With a stacked set of dado blades, cut rabbets 3/8″ deep on the inside faces of the top and bottom pieces to receive the dividers. Some extra attention needs to be paid in a couple of areas. First, the center divider’s width is different from the ends and must be centered on the supporting stud in your wall.
Secondly, the rabbets at both ends will have to be a little wider, as extra length was left in the top and bottom to allow them to be flushed to the visible divider after assembly. It’s not until final fitting of the shelf that you should trim the top and bottom overhang near the hidden end, so a close fit with the wall can be achieved. Run these rabbets, letting the outer dividers into the shelf about 1/8″. If your rabbets aren’t as clean along the bottom, use a router plane to make sure all are the same height and flat-bottomed. Dry-clamp the assembly to check for fit and finish and make any adjustments. While the shelf is clamped together, head to the drill press and drill 1/4″ through holes at the corners. Space these 1″ from the front and back, and centered over the outer dividers. Dowels will be driven through these holes to not only add a decorative touch but also aid with final assembly and glue-up.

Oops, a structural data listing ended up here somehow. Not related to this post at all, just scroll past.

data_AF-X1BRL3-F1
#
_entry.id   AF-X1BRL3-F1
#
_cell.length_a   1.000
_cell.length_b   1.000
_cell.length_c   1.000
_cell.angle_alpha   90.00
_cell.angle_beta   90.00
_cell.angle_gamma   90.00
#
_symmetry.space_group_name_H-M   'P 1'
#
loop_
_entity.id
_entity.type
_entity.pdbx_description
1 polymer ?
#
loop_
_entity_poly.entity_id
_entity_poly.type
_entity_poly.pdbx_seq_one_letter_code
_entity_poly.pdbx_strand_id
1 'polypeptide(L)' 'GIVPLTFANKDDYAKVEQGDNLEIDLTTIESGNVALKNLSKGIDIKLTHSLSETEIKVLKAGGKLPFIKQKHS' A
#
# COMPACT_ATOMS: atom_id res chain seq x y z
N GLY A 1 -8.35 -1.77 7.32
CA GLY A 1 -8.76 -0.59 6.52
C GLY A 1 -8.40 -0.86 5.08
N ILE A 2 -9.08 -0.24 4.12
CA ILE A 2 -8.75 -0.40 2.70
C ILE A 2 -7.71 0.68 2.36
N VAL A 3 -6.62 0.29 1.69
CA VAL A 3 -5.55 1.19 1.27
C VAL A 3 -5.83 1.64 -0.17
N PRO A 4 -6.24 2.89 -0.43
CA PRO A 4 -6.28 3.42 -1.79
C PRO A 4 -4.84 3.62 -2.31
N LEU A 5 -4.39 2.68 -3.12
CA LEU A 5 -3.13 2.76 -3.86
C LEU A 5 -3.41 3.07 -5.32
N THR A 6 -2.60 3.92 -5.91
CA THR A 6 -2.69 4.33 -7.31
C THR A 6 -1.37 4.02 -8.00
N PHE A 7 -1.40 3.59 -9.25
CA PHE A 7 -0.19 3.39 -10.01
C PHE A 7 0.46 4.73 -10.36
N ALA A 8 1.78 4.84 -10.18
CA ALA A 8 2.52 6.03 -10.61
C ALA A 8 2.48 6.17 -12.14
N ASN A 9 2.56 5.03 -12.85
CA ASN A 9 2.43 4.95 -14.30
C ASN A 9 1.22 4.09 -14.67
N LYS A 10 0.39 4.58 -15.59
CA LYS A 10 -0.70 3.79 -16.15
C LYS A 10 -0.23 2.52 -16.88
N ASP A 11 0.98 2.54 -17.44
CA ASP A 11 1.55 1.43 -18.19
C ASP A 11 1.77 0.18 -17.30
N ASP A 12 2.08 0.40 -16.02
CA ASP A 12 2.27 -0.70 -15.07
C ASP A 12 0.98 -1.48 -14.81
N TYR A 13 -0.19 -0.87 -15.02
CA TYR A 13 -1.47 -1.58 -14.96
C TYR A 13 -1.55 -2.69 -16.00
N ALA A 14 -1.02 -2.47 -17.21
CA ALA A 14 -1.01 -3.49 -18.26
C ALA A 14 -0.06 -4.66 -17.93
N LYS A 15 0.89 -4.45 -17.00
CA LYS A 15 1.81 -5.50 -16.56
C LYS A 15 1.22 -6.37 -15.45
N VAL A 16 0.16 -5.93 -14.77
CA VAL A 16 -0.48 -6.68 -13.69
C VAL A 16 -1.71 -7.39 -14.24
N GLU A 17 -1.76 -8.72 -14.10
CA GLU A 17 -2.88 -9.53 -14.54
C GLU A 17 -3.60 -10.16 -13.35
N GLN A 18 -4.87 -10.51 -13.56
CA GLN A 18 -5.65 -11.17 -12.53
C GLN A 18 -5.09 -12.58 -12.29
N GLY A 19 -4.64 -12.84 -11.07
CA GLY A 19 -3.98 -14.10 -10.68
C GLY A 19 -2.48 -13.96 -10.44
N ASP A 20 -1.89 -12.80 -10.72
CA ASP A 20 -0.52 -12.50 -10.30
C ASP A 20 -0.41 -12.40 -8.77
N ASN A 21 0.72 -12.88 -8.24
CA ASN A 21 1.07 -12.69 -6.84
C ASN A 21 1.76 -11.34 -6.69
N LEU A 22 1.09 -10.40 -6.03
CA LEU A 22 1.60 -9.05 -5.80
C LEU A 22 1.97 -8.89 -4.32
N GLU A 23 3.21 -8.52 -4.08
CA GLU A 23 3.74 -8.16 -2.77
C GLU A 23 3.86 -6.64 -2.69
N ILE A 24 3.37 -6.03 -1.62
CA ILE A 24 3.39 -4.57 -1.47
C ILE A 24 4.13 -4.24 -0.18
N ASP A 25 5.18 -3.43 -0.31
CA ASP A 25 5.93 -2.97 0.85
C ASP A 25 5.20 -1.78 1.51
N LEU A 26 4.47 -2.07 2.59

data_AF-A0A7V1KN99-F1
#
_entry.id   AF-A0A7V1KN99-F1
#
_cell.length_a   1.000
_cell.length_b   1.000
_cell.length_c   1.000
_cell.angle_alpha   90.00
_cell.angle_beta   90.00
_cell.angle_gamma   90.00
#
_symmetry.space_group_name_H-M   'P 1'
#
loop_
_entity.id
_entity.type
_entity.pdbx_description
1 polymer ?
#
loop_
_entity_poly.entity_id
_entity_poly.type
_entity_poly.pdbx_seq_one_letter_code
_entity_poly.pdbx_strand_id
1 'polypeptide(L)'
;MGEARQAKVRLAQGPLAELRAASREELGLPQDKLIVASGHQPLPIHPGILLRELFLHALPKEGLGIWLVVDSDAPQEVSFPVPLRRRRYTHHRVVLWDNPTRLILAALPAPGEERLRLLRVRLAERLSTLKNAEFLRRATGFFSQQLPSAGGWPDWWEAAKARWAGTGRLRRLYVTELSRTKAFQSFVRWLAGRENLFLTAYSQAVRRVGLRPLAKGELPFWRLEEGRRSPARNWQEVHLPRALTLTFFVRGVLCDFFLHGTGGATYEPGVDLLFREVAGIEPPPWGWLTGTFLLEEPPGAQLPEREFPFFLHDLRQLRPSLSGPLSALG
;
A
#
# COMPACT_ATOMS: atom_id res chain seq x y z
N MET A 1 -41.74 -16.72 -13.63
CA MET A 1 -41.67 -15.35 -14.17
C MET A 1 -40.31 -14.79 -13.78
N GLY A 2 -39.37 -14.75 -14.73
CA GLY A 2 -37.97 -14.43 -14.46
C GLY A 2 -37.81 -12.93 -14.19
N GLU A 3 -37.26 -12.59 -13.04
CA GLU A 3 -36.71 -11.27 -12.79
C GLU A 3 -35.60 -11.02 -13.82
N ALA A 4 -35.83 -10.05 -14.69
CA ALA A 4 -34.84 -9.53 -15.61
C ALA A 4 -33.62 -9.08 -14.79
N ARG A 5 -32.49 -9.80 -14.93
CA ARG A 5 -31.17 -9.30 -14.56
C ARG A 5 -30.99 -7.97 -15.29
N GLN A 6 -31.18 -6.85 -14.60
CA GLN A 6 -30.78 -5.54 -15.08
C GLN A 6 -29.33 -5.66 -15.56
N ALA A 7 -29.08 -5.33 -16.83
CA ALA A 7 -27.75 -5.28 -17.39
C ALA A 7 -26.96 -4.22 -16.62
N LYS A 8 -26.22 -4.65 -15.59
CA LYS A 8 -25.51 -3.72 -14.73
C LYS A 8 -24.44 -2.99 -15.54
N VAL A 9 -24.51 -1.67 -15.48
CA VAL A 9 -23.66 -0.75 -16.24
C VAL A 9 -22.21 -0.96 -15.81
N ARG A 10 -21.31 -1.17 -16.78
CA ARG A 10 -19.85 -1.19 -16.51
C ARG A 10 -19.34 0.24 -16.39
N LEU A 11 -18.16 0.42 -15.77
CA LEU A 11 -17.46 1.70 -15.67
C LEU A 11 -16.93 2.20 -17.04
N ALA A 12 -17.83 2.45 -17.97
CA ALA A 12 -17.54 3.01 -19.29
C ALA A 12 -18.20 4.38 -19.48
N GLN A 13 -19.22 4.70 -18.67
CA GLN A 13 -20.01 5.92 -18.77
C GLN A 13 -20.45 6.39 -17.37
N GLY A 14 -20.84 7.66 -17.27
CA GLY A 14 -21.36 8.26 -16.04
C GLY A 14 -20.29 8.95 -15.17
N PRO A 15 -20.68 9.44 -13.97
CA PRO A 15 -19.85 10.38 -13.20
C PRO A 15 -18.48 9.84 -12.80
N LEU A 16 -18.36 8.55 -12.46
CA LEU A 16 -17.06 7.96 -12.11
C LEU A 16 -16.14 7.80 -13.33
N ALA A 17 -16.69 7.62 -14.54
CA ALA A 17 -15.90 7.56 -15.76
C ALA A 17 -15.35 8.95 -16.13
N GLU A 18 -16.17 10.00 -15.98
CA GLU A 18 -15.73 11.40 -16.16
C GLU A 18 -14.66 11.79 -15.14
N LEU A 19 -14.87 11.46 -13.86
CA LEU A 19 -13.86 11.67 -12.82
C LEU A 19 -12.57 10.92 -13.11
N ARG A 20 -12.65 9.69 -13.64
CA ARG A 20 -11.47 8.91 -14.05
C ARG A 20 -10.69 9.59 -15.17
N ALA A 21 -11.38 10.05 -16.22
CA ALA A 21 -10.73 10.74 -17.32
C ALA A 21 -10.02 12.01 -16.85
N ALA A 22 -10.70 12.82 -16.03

Since the enclosed area is narrow apply a finish to it before assembly. Mask off areas that will need glue. The choice of finish is yours, but as this shelf will not typically have to resist moisture I chose shellac and applied seven coats, rubbing it down with 0000 steel wool between the last four layers and a fine furniture wax as a final layer of sealer and protector. If there is going to be some time between applying the finish and glue-up, apply finish to both sides, as your pieces will cup. Touch-ups on the outer surfaces can be accomplished near the end.
Remove any tape and glue the assembly together. Drive dowels through the corner holes and flush them with a saw or chisel. Clamp the assembly using as many cauls and clamps as required. Using pine cauls will allow it to deform around any protruding dowels yet still provide enough clamping pressure. Once the adhesive has dried, remove the clamps and flush the ends using a block plane. Flush the dowels completely to the top and bottom while you have your block plane out.
Fit to the wall